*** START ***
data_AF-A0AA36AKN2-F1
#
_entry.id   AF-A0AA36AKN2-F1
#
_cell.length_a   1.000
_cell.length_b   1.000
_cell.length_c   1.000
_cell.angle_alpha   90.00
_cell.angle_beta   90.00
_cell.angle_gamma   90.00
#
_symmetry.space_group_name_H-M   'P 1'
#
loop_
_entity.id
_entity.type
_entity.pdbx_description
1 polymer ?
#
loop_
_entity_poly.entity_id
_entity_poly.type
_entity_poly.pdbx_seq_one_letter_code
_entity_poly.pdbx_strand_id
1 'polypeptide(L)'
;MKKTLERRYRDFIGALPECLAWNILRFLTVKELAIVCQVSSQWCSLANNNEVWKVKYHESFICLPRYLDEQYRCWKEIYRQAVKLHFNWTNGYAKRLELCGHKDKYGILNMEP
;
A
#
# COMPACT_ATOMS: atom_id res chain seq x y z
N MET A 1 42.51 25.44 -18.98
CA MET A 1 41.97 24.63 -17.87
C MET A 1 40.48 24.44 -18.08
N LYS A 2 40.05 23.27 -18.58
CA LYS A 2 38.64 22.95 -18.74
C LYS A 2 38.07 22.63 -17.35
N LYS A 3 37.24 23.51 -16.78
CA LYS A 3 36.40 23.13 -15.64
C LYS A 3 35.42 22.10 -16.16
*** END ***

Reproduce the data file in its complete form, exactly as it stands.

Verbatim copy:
data_AF-A0AA36AKN2-F1
#
_entry.id   AF-A0AA36AKN2-F1
#
_cell.length_a   1.000
_cell.length_b   1.000
_cell.length_c   1.000
_cell.angle_alpha   90.00
_cell.angle_beta   90.00
_cell.angle_gamma   90.00
#
_symmetry.space_group_name_H-M   'P 1'
#
loop_
_entity.id
_entity.type
_entity.pdbx_description
1 polymer ?
#
loop_
_entity_poly.entity_id
_entity_poly.type
_entity_poly.pdbx_seq_one_letter_code
_entity_poly.pdbx_strand_id
1 'polypeptide(L)'
;MKKTLERRYRDFIGALPECLAWNILRFLTVKELAIVCQVSSQWCSLANNNEVWKVKYHESFICLPRYLDEQYRCWKEIYRQAVKLHFNWTNGYAKRLELCGHKDKYGILNMEP
;
A
#
# COMPACT_ATOMS: atom_id res chain seq x y z
N MET A 1 42.51 25.44 -18.98
CA MET A 1 41.97 24.63 -17.87
C MET A 1 40.48 24.44 -18.08
N LYS A 2 40.05 23.27 -18.58
CA LYS A 2 38.64 22.95 -18.74
C LYS A 2 38.07 22.63 -17.35
N LYS A 3 37.24 23.51 -16.78
CA LYS A 3 36.40 23.13 -15.64
C LYS A 3 35.42 22.10 -16.16